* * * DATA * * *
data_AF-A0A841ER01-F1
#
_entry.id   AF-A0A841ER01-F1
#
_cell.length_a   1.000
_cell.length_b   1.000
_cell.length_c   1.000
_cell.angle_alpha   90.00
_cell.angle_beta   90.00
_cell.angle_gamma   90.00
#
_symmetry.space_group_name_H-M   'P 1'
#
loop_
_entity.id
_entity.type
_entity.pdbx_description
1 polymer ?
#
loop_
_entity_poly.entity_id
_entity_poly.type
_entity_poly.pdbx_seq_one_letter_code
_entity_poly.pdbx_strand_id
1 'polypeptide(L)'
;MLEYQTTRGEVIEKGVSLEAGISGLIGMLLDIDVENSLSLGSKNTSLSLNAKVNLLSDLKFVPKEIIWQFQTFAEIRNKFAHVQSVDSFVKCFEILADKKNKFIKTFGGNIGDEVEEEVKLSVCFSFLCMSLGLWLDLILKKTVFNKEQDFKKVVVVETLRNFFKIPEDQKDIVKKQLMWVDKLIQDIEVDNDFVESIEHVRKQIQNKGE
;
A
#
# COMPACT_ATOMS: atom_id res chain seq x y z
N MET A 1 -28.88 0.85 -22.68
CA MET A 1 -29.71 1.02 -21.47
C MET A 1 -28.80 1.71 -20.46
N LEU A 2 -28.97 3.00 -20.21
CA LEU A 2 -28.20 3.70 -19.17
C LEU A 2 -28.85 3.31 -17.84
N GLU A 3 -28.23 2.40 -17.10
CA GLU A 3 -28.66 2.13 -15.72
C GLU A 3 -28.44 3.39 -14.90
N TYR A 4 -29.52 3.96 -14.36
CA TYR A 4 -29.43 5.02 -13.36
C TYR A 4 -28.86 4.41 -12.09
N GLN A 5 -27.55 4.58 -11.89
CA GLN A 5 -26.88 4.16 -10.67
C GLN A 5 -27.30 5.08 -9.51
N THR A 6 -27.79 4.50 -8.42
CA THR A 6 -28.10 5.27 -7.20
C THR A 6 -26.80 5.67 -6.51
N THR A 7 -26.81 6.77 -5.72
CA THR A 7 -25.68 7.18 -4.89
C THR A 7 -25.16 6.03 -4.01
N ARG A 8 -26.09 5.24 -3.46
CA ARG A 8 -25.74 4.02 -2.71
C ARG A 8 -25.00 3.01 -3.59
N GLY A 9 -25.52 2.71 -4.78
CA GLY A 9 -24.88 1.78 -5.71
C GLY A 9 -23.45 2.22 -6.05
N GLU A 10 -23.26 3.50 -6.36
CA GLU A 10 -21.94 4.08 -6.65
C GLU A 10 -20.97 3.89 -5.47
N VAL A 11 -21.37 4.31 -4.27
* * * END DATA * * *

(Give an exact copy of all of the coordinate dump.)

data_AF-A0A841ER01-F1
#
_entry.id   AF-A0A841ER01-F1
#
_cell.length_a   1.000
_cell.length_b   1.000
_cell.length_c   1.000
_cell.angle_alpha   90.00
_cell.angle_beta   90.00
_cell.angle_gamma   90.00
#
_symmetry.space_group_name_H-M   'P 1'
#
loop_
_entity.id
_entity.type
_entity.pdbx_description
1 polymer ?
#
loop_
_entity_poly.entity_id
_entity_poly.type
_entity_poly.pdbx_seq_one_letter_code
_entity_poly.pdbx_strand_id
1 'polypeptide(L)'
;MLEYQTTRGEVIEKGVSLEAGISGLIGMLLDIDVENSLSLGSKNTSLSLNAKVNLLSDLKFVPKEIIWQFQTFAEIRNKFAHVQSVDSFVKCFEILADKKNKFIKTFGGNIGDEVEEEVKLSVCFSFLCMSLGLWLDLILKKTVFNKEQDFKKVVVVETLRNFFKIPEDQKDIVKKQLMWVDKLIQDIEVDNDFVESIEHVRKQIQNKGE
;
A
#
# COMPACT_ATOMS: atom_id res chain seq x y z
N MET A 1 -28.88 0.85 -22.68
CA MET A 1 -29.71 1.02 -21.47
C MET A 1 -28.80 1.71 -20.46
N LEU A 2 -28.97 3.00 -20.21
CA LEU A 2 -28.20 3.70 -19.17
C LEU A 2 -28.85 3.31 -17.84
N GLU A 3 -28.23 2.40 -17.10
CA GLU A 3 -28.66 2.13 -15.72
C GLU A 3 -28.44 3.39 -14.90
N TYR A 4 -29.52 3.96 -14.36
CA TYR A 4 -29.43 5.02 -13.36
C TYR A 4 -28.86 4.41 -12.09
N GLN A 5 -27.55 4.58 -11.89
CA GLN A 5 -26.88 4.16 -10.67
C GLN A 5 -27.30 5.08 -9.51
N THR A 6 -27.79 4.50 -8.42
CA THR A 6 -28.10 5.27 -7.20
C THR A 6 -26.80 5.67 -6.51
N THR A 7 -26.81 6.77 -5.72
CA THR A 7 -25.68 7.18 -4.89
C THR A 7 -25.16 6.03 -4.01
N ARG A 8 -26.09 5.24 -3.46
CA ARG A 8 -25.74 4.02 -2.71
C ARG A 8 -25.00 3.01 -3.59
N GLY A 9 -25.52 2.71 -4.78
CA GLY A 9 -24.88 1.78 -5.71
C GLY A 9 -23.45 2.22 -6.05
N GLU A 10 -23.26 3.50 -6.36
CA GLU A 10 -21.94 4.08 -6.65
C GLU A 10 -20.97 3.89 -5.47
N VAL A 11 -21.37 4.31 -4.27